Scientists find 'unknown link' between lung cancer and common parasite
Toxoplasma gondii, a microscopic parasite that gets inside our cells, is present in about 10 percent of the population in the U.K.
But in tests on lung cancer patients, all were found to be infected with the parasite.
"It's a remarkable result which we don't fully understand yet," states Geoff Hide, Professor of Parasitology at the University of Salford. "It is possible that the presence of the parasite in these patients is exacerbating their symptoms of cancer or interfering with their therapy."
Geoff and Dr. Lucy Smyth's work on lung tissue and Chronic Obstructive Pulmonary Disease at Salford University, led them and Ph.D. student Dr. Jaro Bajnok to carry out additional tests on the samples to see if any contained Toxoplasma.
Working with Professor Dave Singh, clinical consultant at the Medicines Evaluation Unit at Manchester University, they tested 72 tissue samples from patients diagnosed with lung cancer and found the parasite in all of them.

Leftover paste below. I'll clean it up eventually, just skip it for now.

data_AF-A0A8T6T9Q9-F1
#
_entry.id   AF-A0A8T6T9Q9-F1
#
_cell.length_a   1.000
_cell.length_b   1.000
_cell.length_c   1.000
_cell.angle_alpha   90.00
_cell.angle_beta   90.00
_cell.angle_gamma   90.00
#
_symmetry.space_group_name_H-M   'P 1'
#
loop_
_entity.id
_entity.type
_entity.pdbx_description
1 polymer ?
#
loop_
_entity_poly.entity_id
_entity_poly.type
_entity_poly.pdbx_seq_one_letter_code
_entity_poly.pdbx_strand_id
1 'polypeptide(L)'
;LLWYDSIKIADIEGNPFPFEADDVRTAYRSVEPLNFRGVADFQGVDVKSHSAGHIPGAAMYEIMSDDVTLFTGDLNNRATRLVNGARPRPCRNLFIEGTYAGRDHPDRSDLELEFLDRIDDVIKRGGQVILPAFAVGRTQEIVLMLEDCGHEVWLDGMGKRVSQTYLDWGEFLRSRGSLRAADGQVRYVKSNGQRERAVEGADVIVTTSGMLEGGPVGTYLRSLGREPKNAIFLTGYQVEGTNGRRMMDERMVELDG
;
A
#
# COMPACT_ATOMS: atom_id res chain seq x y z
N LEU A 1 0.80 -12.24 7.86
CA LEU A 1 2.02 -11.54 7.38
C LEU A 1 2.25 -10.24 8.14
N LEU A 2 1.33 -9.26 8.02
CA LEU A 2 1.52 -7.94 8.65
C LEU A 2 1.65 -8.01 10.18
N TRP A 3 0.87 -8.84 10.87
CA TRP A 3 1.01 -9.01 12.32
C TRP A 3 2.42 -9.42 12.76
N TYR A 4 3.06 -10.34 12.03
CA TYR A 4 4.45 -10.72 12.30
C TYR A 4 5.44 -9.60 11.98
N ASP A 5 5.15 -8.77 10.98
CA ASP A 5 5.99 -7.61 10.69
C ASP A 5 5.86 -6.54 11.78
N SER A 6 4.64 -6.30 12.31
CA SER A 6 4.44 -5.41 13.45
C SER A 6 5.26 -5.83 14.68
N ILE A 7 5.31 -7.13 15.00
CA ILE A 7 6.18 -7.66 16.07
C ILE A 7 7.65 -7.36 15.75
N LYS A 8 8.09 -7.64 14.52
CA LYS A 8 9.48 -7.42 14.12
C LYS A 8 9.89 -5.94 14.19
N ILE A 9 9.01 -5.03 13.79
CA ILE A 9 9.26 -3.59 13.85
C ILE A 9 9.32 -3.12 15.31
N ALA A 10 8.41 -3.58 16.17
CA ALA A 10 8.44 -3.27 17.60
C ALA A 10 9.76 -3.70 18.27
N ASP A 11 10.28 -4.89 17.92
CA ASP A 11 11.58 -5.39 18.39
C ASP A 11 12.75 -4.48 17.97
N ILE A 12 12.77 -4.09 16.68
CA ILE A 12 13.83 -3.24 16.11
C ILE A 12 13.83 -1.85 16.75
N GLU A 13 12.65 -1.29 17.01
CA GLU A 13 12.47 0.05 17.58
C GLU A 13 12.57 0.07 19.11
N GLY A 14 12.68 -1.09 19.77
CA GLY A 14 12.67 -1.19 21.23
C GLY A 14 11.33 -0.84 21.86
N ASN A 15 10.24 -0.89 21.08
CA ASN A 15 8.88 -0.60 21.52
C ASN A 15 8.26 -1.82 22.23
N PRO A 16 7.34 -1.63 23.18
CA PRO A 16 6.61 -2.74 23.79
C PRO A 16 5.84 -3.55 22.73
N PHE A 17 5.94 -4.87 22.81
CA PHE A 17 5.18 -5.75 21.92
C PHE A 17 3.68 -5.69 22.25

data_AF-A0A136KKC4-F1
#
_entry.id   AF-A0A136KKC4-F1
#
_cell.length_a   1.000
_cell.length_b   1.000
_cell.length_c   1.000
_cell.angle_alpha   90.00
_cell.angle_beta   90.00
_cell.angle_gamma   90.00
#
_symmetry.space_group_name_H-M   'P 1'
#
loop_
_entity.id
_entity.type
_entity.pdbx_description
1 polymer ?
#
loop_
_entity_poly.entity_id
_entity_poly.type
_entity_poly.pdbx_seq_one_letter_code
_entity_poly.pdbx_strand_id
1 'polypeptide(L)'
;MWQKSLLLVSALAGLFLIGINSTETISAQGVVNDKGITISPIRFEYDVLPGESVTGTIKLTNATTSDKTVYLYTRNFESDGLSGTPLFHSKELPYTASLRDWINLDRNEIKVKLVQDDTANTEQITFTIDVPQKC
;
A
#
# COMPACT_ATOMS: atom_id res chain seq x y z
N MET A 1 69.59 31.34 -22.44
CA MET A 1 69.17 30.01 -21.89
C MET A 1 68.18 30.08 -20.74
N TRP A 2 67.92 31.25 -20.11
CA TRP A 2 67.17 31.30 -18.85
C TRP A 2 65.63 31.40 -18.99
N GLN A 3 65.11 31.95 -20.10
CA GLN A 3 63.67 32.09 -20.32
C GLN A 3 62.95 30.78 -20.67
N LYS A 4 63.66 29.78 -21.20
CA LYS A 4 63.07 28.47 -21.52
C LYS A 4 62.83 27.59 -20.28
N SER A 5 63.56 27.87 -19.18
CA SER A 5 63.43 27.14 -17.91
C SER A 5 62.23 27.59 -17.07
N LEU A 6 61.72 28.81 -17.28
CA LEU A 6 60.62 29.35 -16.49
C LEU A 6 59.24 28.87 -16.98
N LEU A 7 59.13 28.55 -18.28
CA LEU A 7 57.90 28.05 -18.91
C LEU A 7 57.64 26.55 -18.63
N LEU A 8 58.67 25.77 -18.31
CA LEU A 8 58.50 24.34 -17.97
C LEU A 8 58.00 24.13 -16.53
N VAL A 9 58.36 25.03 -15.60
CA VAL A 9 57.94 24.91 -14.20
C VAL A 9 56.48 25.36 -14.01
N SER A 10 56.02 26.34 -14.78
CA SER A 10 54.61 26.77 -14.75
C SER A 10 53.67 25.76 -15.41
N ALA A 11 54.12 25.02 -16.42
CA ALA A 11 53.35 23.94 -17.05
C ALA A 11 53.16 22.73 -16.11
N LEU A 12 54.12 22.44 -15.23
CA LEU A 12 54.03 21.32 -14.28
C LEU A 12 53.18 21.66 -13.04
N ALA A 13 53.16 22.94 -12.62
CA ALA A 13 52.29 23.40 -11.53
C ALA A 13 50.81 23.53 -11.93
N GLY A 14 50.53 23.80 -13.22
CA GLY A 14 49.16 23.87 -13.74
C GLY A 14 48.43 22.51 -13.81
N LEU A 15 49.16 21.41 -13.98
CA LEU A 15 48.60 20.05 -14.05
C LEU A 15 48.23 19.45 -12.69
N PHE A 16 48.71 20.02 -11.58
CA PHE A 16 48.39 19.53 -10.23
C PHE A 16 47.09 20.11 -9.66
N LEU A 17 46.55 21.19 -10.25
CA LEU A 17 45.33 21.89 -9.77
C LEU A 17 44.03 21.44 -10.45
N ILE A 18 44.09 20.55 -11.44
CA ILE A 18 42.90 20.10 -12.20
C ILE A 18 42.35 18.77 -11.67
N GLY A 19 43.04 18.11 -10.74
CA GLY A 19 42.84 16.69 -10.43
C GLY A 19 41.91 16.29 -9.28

Further analysis of parasite life-cycle stages suggested that 96 percent of these patients had active infections. Control samples returned only a 10 percent positive match, consistent with the national average.
Reporting in the Journal the European Respiratory Journal (Open Research), the team conducted diagnostic tests using five Toxoplasma specific PCR markers and specific immunohistochemistry demonstrated that the infection was present in lung biopsy samples.
T. gondii is capable of infecting virtually all warm-blooded animals, and is commonly acquired by consuming raw meat or infected water or soil or handling cat litter. It can also be transmitted from mother to unborn baby and induce miscarriage.
The Manchester team is now planning a much larger study of samples from a broad range of cancer centers.
"We need to find out why the parasite is so active in these patients. It may be age-related because these are people with lung cancer but that is clearly not the whole story.
"Our advice to clinicians at this stage is be aware of the presence of this parasite, do test for it because it may or may not interfere with any treatment regime."
The same team at Salford, U.K. found a link between incorrectly functioning cellular pumping mechanism in cystic fibrosis patients and Toxoplasma gondii, reported in Proceedings of the National Academy of Sciences.